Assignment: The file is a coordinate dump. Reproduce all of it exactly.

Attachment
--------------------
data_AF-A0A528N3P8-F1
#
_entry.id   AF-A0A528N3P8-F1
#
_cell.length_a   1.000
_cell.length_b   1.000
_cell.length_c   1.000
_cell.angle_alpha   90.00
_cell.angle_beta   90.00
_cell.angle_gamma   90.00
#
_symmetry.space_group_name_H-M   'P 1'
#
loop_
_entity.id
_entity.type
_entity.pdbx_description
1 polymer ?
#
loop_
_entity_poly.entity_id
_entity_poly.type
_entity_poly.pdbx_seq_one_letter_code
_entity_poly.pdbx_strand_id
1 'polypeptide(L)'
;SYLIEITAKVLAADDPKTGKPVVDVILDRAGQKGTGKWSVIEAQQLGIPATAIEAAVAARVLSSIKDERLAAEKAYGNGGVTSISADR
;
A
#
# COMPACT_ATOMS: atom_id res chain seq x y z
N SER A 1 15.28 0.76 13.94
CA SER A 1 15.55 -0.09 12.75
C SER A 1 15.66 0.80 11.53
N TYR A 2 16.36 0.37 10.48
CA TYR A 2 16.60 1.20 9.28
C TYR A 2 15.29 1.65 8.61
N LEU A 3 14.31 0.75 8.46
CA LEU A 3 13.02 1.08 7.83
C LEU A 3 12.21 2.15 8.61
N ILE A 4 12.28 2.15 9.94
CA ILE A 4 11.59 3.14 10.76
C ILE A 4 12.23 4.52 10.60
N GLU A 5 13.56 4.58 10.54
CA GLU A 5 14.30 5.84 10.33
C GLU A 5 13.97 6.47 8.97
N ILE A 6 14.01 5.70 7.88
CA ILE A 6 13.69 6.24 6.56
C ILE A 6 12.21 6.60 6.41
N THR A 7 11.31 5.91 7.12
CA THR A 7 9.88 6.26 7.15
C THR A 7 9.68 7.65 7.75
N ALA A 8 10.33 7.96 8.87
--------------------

data_AF-A0A528N3P8-F1
#
_entry.id   AF-A0A528N3P8-F1
#
_cell.length_a   1.000
_cell.length_b   1.000
_cell.length_c   1.000
_cell.angle_alpha   90.00
_cell.angle_beta   90.00
_cell.angle_gamma   90.00
#
_symmetry.space_group_name_H-M   'P 1'
#
loop_
_entity.id
_entity.type
_entity.pdbx_description
1 polymer ?
#
loop_
_entity_poly.entity_id
_entity_poly.type
_entity_poly.pdbx_seq_one_letter_code
_entity_poly.pdbx_strand_id
1 'polypeptide(L)'
;SYLIEITAKVLAADDPKTGKPVVDVILDRAGQKGTGKWSVIEAQQLGIPATAIEAAVAARVLSSIKDERLAAEKAYGNGGVTSISADR
;
A
#
# COMPACT_ATOMS: atom_id res chain seq x y z
N SER A 1 15.28 0.76 13.94
CA SER A 1 15.55 -0.09 12.75
C SER A 1 15.66 0.80 11.53
N TYR A 2 16.36 0.37 10.48
CA TYR A 2 16.60 1.20 9.28
C TYR A 2 15.29 1.65 8.61
N LEU A 3 14.31 0.75 8.46
CA LEU A 3 13.02 1.08 7.83
C LEU A 3 12.21 2.15 8.61
N ILE A 4 12.28 2.15 9.94
CA ILE A 4 11.59 3.14 10.76
C ILE A 4 12.23 4.52 10.60
N GLU A 5 13.56 4.58 10.54
CA GLU A 5 14.30 5.84 10.33
C GLU A 5 13.97 6.47 8.97
N ILE A 6 14.01 5.70 7.88
CA ILE A 6 13.69 6.24 6.56
C ILE A 6 12.21 6.60 6.41
N THR A 7 11.31 5.91 7.12
CA THR A 7 9.88 6.26 7.15
C THR A 7 9.68 7.65 7.75
N ALA A 8 10.33 7.96 8.87